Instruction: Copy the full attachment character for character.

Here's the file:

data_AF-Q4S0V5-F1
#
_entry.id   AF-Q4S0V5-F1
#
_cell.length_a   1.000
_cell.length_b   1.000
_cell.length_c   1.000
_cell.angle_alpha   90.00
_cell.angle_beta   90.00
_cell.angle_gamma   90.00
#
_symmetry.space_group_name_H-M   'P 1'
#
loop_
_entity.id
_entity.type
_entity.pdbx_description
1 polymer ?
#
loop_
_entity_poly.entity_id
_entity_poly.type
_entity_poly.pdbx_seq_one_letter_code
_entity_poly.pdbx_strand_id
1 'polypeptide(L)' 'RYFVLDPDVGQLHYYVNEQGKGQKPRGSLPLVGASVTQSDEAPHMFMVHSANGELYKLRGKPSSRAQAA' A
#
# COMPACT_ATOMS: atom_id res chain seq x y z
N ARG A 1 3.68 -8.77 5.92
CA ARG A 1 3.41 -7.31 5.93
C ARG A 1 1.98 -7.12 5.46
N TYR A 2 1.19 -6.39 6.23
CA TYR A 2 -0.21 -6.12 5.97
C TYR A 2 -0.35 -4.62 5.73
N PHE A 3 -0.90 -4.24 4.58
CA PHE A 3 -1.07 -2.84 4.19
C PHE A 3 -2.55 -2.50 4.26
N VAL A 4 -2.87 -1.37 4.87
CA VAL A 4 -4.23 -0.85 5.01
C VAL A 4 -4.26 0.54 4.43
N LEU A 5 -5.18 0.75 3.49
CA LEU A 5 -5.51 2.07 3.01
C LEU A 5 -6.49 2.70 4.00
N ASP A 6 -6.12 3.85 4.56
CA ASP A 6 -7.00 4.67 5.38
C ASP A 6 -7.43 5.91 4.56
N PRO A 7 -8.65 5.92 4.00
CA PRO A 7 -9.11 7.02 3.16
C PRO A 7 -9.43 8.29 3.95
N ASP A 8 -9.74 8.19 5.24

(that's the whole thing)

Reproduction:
data_AF-Q4S0V5-F1
#
_entry.id   AF-Q4S0V5-F1
#
_cell.length_a   1.000
_cell.length_b   1.000
_cell.length_c   1.000
_cell.angle_alpha   90.00
_cell.angle_beta   90.00
_cell.angle_gamma   90.00
#
_symmetry.space_group_name_H-M   'P 1'
#
loop_
_entity.id
_entity.type
_entity.pdbx_description
1 polymer ?
#
loop_
_entity_poly.entity_id
_entity_poly.type
_entity_poly.pdbx_seq_one_letter_code
_entity_poly.pdbx_strand_id
1 'polypeptide(L)' 'RYFVLDPDVGQLHYYVNEQGKGQKPRGSLPLVGASVTQSDEAPHMFMVHSANGELYKLRGKPSSRAQAA' A
#
# COMPACT_ATOMS: atom_id res chain seq x y z
N ARG A 1 3.68 -8.77 5.92
CA ARG A 1 3.41 -7.31 5.93
C ARG A 1 1.98 -7.12 5.46
N TYR A 2 1.19 -6.39 6.23
CA TYR A 2 -0.21 -6.12 5.97
C TYR A 2 -0.35 -4.62 5.73
N PHE A 3 -0.90 -4.24 4.58
CA PHE A 3 -1.07 -2.84 4.19
C PHE A 3 -2.55 -2.50 4.26
N VAL A 4 -2.87 -1.37 4.87
CA VAL A 4 -4.23 -0.85 5.01
C VAL A 4 -4.26 0.54 4.43
N LEU A 5 -5.18 0.75 3.49
CA LEU A 5 -5.51 2.07 3.01
C LEU A 5 -6.49 2.70 4.00
N ASP A 6 -6.12 3.85 4.56
CA ASP A 6 -7.00 4.67 5.38
C ASP A 6 -7.43 5.91 4.56
N PRO A 7 -8.65 5.92 4.00
CA PRO A 7 -9.11 7.02 3.16
C PRO A 7 -9.43 8.29 3.95
N ASP A 8 -9.74 8.19 5.24